View Leo Van Der Loo's profile

Leo Van Der Loo

56 posts in 1845 days


#18 posted 03-10-2021 07:05 PM

I would clean the tenon right off of the turning and glue a new block onto it.

If you can mount it first back on the top side it is easy to remove the tenon’s leftover, and also turn a shallow recess where the new to turn block will fit into, it centers the block that way and makes for a good glue face.

-- Have fun and take care

View Karda's profile

Karda

3108 posts in 1641 days


#19 posted 03-10-2021 07:45 PM

what is the point of a glue block if I can chuck anything bigger, the wood in the blabnk is solid

View Lazyman's profile

Lazyman

7018 posts in 2475 days


#20 posted 03-10-2021 08:22 PM

If you are going to use a glue block, why not simply glue it back on? As long as there are not any missing slivers and you can get a good glue contact, you should be able to get as good a joint as you would with a glue block.

In my experience, the main causes of a broken tenon are one or more of the the following:
  1. Fragile or cracked wood
  2. Tenon too small a diameter for the size and weight of the bowl
  3. Improperly formed tenon and shoulder making it impossibly to mount it correctly.

Just based upon where your tenon broke, I really think that it was not shaped correctly. If the corner formed by the tenon and shoulder is rounded, the dovetail is not the right angle or the shoulder is not flat, there will be gaps which allow the bowl to pivot slightly and the tenon may break or the bowl will simply come off especially if you get a catch.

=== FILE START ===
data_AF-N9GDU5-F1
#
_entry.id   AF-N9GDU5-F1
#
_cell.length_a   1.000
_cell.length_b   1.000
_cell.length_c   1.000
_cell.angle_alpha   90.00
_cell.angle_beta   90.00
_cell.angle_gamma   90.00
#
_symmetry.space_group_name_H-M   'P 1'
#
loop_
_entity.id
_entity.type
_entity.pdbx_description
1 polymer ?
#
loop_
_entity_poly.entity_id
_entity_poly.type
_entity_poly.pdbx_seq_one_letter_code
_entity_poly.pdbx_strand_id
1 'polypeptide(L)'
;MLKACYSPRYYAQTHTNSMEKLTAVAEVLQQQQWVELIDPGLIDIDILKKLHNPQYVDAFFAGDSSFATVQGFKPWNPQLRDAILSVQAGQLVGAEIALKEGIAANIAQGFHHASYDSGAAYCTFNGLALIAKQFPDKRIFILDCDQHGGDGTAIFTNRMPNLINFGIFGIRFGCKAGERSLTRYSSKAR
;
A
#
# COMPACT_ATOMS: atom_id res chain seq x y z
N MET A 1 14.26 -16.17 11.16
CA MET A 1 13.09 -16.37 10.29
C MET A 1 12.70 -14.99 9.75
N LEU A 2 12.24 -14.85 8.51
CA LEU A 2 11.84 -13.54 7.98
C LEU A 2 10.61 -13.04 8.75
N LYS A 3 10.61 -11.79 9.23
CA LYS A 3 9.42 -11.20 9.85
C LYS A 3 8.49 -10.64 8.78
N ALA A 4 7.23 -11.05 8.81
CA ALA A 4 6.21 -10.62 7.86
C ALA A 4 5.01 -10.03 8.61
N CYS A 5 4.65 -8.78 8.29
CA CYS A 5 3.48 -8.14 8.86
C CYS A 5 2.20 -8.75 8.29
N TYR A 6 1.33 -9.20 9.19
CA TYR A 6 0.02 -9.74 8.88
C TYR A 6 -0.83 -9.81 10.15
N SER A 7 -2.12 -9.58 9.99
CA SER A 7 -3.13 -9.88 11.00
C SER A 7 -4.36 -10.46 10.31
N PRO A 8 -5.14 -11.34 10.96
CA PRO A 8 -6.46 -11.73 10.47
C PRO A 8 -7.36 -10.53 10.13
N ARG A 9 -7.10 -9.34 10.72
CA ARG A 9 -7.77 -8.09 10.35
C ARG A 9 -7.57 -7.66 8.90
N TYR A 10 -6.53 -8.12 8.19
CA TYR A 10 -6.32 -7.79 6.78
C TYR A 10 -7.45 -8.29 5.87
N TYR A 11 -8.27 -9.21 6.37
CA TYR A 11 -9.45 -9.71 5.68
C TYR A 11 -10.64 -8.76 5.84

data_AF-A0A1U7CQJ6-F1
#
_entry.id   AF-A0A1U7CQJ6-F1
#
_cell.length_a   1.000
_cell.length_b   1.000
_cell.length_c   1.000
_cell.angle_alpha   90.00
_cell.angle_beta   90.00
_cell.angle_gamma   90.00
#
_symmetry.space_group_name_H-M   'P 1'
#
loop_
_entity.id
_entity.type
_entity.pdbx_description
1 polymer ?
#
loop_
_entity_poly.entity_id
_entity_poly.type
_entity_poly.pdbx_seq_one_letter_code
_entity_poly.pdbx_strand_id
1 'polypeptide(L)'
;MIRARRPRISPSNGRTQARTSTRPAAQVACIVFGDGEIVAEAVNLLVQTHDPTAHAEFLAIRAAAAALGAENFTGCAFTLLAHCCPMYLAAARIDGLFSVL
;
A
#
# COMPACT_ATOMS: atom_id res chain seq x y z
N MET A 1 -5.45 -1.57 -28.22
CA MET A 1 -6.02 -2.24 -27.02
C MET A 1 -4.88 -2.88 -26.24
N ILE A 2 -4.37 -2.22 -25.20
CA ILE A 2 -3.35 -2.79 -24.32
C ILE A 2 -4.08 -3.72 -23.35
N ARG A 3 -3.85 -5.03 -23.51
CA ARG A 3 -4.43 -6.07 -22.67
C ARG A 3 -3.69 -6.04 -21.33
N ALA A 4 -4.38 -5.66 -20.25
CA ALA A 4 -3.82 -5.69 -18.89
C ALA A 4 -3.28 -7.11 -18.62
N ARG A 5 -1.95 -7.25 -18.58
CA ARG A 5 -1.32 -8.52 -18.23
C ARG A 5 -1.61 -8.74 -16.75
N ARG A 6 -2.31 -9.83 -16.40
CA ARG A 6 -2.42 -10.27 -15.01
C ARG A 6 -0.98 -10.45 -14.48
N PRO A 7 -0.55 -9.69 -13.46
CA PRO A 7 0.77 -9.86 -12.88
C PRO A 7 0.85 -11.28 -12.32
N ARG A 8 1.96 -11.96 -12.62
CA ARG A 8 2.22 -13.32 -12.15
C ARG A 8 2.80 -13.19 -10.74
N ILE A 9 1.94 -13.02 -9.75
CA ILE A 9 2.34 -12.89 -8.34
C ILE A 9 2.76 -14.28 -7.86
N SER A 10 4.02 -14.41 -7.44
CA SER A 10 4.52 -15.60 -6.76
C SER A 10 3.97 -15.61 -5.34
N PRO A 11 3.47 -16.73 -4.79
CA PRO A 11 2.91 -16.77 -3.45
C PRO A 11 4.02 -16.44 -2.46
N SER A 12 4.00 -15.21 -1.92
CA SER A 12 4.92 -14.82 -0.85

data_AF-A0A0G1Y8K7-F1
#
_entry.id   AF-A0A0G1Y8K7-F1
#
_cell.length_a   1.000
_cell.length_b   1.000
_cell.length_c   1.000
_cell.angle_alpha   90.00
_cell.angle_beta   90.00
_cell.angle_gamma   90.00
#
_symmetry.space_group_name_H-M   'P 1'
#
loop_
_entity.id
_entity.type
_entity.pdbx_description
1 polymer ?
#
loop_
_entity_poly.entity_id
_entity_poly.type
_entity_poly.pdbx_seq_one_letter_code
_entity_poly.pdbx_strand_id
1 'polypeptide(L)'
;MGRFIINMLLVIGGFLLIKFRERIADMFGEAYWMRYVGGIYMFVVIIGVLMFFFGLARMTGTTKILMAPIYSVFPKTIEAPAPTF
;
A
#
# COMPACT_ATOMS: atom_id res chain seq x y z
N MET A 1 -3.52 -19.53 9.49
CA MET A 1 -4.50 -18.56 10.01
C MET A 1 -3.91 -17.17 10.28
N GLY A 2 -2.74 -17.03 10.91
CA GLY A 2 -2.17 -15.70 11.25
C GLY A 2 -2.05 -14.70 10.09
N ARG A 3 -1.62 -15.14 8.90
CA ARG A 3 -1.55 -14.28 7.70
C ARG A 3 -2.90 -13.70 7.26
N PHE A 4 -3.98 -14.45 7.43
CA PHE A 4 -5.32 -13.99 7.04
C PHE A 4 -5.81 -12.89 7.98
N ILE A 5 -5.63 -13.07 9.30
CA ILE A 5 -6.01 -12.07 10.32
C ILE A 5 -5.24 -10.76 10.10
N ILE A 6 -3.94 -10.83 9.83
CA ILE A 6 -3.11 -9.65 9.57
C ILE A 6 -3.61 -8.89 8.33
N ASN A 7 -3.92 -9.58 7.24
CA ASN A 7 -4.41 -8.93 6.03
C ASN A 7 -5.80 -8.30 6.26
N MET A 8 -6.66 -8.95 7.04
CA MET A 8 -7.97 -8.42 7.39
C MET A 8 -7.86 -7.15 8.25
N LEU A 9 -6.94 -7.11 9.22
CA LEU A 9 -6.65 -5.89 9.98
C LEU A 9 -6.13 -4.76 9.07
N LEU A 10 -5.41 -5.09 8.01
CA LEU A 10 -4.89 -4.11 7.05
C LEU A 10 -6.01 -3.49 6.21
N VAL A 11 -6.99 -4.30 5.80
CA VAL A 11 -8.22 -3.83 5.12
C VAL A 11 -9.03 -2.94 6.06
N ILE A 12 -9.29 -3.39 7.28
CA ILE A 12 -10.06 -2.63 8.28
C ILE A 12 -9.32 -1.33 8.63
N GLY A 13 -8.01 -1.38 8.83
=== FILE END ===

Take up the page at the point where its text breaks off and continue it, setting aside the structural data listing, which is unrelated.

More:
-- Nathan, TX -- Hire the lazy man. He may not do as much work but that's because he will find a better way.

View Karda's profile

Karda

3108 posts in 1641 days


#21 posted 03-10-2021 08:42 PM

I am going to turn a new tenon, the shape was bad and the blank to big, I weighed it. 5 pounds. I’ll have to go slow

View OSU55's profile

OSU55

2795 posts in 3077 days


#22 posted 03-10-2021 09:52 PM

It appears the tenon sheared in the middle, which suggests to top of the jaws were NOT seated, as in the previous diagram. However, your comment about the end of the tenon being lopsided with uneven chuck engagement suggests the force against the taller tenon wall may have caused the shear to occur.

Always make the free end of the tenon flat at the OD, so the tenon wall is equal height all the way around, so the jaws grip the same amount of tenon wall. The middle part of the tenon can be sloped, no problem. When I have a blank between centers and the tenon side is sloped severely, I rough turn the tenon, and turn down the center to a small dowel size, remove the blank, cut that dowel off flush with the tenon end, remount between centers and finish the tenon. Gets the tenon flat and the tailstock center is not supported by a long skinny dowel.

View MrUnix's profile

MrUnix

8570 posts in 3286 days


#23 posted 03-10-2021 11:10 PM

what is the point of a glue block if I can chuck anything bigger, the wood in the blabnk is solid
- Karda

Thread it and you can make it as big as you like, without the need for a chuck. The glue bond is in theory stronger than the wood (as per all of those ‘glue tests’ I’ve seen), and you would not have to reduce the size or thickness of your bowl. Once you are finished turning, just part it off and clean up the foot.

Cheers,
Brad

-- Brad in FL - In Dog I trust... everything else is questionable

View Karda's profile

Karda

3108 posts in 1641 days


#24 posted 03-10-2021 11:40 PM

I for got about threading thanks for reminding me